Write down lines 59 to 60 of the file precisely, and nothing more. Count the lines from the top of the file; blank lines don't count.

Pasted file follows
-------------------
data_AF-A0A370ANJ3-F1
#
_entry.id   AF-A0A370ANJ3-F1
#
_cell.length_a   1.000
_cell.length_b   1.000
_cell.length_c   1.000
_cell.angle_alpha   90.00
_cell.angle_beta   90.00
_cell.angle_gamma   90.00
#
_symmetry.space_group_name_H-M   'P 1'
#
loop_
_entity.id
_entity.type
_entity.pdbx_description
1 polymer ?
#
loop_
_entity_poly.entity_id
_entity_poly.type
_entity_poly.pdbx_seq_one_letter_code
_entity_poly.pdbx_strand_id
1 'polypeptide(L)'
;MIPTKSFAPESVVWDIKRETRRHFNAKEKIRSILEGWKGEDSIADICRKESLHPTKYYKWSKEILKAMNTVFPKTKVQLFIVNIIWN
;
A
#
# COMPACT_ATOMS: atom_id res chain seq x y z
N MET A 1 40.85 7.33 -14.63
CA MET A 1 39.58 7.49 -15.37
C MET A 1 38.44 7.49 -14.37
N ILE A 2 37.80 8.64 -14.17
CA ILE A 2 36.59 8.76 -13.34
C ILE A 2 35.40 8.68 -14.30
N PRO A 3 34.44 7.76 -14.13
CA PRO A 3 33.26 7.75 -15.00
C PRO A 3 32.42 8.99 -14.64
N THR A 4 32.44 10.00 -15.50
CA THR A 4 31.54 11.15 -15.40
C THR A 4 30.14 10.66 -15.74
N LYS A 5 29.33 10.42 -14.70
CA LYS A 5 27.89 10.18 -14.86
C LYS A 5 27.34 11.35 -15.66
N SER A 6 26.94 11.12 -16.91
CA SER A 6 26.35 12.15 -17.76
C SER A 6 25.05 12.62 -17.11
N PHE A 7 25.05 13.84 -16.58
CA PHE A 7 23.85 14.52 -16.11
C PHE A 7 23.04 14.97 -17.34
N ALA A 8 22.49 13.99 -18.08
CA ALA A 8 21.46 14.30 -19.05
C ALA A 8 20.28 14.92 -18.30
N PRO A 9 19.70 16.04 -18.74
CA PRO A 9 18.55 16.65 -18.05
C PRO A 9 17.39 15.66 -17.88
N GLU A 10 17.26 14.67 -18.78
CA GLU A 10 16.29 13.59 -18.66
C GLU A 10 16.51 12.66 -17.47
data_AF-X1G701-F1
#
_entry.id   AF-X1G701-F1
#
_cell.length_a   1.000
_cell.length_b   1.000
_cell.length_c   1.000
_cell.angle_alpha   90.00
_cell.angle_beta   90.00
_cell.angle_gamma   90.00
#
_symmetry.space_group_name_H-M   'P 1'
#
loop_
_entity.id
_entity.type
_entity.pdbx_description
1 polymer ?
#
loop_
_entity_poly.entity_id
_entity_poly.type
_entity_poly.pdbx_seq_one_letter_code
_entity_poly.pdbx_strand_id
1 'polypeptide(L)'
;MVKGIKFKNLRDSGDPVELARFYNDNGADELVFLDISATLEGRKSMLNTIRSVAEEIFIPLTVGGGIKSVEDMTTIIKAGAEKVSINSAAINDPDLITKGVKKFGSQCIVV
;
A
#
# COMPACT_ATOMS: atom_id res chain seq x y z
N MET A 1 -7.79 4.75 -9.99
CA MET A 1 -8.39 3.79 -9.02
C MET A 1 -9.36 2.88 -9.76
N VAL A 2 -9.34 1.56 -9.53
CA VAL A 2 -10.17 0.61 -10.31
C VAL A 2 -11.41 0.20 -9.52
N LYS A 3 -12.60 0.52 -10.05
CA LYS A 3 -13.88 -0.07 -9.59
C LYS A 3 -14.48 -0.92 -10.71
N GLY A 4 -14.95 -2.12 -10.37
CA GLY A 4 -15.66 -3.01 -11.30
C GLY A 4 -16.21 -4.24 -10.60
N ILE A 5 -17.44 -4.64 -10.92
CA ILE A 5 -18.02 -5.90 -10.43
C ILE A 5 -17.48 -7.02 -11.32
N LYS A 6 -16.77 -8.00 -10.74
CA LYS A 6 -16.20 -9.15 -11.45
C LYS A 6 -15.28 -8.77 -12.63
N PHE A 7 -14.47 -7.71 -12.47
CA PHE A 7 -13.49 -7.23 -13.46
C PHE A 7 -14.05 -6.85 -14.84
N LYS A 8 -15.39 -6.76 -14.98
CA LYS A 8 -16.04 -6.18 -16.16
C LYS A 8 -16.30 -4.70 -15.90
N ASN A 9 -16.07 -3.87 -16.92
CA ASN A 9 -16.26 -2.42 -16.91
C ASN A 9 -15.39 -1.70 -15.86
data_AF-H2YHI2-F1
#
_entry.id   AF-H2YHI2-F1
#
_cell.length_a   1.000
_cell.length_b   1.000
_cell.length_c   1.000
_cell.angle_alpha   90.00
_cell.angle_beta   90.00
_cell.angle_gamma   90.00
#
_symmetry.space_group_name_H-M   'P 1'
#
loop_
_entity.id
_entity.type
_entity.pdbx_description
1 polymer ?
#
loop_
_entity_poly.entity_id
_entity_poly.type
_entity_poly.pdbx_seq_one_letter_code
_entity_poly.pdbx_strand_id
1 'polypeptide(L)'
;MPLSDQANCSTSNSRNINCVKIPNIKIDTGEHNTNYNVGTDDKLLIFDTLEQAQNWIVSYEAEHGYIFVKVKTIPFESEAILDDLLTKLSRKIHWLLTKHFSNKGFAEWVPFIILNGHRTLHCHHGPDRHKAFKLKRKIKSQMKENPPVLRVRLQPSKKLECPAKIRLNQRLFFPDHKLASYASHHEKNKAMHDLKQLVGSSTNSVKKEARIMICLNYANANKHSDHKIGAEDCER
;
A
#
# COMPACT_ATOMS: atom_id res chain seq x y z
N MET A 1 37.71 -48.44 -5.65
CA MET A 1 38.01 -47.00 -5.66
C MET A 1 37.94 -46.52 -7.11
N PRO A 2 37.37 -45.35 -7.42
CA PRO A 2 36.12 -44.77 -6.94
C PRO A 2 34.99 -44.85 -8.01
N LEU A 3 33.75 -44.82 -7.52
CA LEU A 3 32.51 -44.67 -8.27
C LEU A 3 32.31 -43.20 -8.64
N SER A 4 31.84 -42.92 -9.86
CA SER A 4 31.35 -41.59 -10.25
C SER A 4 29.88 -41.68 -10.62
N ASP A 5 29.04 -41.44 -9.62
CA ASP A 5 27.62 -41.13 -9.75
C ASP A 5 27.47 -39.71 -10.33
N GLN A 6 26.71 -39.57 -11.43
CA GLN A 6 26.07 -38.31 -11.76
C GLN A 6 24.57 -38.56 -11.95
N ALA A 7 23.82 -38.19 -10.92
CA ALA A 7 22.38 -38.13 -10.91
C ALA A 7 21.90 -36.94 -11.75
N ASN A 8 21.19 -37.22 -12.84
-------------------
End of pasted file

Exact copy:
CA GLU A 10 16.29 13.59 -18.66
C GLU A 10 16.51 12.66 -17.47